b) When person 1 and person 2 take turns, it is easy to keep track in a short conversation that goes 1-2-1-2-1-2. But if someone speaks outside of that ping-pong style, if someone interrupts and takes two turns, like 1-2-1-2-2-1 then it might be necessary to tag the switch up. Certainly give that conversation a second or third going over to make sure it is clear to your reader;

c) When it is a two person conversation that is rather long, add a dialogue tag once in a while as a benchmark to make it easy for the reader to be certain who is speaking.

d) When there are more than two people in the conversation, then it is likely dialogue tags will be needed to make clear who is saying what - maybe not on every line. On occasion a third person can jump into a two person conversation, say a line and leave with it clear what happened. For example, and this isn't the world's greatest example, two people are on the street arguing or at least disagreeing about where they are going. When they hop into the taxi, person one says to the driver a destination and the cabby replies his one line in the whole scene, then person one continues to talk with person two.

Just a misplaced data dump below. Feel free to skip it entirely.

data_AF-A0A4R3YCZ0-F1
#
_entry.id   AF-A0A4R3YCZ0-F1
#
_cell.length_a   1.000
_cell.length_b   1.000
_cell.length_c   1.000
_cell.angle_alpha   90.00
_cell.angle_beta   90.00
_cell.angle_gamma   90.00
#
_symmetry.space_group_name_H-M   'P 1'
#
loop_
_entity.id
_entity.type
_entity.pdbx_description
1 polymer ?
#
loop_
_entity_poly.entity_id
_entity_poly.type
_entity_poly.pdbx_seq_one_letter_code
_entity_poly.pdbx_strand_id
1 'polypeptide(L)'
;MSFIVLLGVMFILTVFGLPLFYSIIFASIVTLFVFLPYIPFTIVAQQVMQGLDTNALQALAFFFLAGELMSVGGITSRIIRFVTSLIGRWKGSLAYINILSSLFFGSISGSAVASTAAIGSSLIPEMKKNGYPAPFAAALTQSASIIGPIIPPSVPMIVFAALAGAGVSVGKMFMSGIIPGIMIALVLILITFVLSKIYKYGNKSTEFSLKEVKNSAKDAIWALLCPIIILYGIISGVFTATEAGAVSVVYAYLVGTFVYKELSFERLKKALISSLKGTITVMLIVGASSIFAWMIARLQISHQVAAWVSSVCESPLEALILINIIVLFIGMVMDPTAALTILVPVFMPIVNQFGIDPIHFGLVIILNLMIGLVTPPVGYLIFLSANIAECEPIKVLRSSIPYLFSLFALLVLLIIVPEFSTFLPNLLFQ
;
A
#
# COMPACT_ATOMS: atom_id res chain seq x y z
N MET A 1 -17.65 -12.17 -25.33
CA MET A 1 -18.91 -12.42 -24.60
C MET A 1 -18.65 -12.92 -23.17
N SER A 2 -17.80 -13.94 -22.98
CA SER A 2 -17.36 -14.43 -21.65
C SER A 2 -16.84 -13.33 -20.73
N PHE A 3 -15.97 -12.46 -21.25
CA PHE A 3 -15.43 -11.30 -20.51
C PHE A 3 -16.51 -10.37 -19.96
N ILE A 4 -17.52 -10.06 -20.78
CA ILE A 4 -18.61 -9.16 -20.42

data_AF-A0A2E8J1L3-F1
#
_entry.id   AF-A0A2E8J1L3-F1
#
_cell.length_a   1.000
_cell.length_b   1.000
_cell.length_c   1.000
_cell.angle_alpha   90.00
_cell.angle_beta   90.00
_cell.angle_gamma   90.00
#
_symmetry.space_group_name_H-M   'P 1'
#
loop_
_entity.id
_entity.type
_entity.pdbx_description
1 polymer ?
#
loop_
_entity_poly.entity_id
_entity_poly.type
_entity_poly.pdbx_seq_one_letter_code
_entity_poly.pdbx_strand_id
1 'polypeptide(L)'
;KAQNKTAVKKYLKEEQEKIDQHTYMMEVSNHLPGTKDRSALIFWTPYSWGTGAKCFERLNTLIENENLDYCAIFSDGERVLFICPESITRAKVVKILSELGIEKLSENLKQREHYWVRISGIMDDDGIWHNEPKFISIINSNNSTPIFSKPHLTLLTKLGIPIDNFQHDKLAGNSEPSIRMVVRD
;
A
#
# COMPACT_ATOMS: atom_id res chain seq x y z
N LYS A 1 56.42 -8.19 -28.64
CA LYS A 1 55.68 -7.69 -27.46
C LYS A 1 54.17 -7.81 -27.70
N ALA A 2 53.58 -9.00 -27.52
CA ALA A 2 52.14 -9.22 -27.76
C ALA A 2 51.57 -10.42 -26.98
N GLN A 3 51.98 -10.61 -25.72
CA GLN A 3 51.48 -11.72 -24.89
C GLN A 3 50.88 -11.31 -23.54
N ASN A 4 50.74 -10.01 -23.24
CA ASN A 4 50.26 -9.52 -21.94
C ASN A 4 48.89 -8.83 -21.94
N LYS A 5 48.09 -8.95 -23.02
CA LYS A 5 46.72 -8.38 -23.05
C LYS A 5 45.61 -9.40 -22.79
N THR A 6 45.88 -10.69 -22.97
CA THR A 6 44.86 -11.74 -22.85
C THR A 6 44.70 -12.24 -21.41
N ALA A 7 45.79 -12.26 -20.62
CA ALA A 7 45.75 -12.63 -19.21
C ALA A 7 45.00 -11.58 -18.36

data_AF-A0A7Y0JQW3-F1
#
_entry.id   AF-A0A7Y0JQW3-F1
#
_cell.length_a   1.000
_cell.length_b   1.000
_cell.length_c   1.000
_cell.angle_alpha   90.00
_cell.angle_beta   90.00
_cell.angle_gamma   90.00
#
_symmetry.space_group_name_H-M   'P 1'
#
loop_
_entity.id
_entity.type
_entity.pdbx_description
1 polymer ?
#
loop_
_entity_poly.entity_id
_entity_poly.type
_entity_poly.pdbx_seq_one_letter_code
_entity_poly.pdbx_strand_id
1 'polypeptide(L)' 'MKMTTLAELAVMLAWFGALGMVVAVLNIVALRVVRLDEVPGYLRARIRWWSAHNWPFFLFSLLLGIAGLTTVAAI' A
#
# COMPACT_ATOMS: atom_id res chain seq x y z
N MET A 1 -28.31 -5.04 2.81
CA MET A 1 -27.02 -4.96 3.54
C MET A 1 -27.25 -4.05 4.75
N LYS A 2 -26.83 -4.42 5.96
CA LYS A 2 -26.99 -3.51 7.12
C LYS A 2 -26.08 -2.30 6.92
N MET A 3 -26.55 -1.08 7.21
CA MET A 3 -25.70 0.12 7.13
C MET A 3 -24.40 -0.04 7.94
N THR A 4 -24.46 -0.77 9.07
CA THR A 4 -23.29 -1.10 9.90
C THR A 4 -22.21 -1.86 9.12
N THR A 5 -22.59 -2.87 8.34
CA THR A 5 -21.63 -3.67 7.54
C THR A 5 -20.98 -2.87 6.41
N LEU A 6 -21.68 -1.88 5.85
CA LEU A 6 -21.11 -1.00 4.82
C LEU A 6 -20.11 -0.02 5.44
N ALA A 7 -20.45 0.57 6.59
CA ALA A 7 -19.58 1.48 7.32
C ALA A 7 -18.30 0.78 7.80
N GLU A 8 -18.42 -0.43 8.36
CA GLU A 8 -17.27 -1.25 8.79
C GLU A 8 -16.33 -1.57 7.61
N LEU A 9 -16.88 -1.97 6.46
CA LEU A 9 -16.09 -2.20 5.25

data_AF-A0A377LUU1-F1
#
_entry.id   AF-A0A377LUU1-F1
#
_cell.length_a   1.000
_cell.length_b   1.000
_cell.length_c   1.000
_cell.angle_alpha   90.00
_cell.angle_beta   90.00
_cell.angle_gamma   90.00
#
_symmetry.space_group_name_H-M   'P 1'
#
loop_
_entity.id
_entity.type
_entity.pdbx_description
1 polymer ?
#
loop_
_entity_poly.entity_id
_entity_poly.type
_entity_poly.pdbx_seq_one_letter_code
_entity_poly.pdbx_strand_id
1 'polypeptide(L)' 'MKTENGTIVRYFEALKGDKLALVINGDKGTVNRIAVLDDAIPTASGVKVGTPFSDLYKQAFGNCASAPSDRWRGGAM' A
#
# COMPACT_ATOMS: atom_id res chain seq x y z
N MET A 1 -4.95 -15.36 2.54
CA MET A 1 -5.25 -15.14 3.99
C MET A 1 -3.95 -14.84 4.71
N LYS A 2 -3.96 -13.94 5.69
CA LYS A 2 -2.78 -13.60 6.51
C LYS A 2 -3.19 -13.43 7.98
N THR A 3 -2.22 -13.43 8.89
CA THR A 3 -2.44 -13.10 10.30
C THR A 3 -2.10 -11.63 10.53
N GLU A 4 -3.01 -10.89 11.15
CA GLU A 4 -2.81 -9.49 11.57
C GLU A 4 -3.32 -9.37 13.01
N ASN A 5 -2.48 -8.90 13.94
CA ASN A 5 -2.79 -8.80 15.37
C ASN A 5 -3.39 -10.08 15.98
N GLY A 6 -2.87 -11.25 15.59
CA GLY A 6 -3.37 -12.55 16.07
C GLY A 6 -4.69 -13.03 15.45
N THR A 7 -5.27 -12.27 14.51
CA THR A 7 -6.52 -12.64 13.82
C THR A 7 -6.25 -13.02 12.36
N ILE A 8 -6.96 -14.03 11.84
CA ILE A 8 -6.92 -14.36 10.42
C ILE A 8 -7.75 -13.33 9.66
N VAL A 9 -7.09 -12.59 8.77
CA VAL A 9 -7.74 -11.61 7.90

Now the nuts and bolts of dialogue. In the USA we use double quote marks at the beginning and end of spoken words, with single quote marks for something quoted within a spoken text. In UK English, single quote marks are used where we use double quote marks.

In the US, commas and periods (full stops) are usually placed inside the ending quotation marks. Colons and semicolons are placed outside quotation marks. Question marks and exclamation marks are placed outside or inside the quote marks, depending on the sentence structure. (Look up that one, if it applies.) Just keep in mind to review American punctuation rules if you aren't an American writer, but plan to shop your ms to the American industry.

Keep tags simple. There is nothing wrong with saying 'said'. The best thing you can do for dialogue is read it aloud. If you say something different from what you wrote, what you said is probably better than what is in print. Swap it around.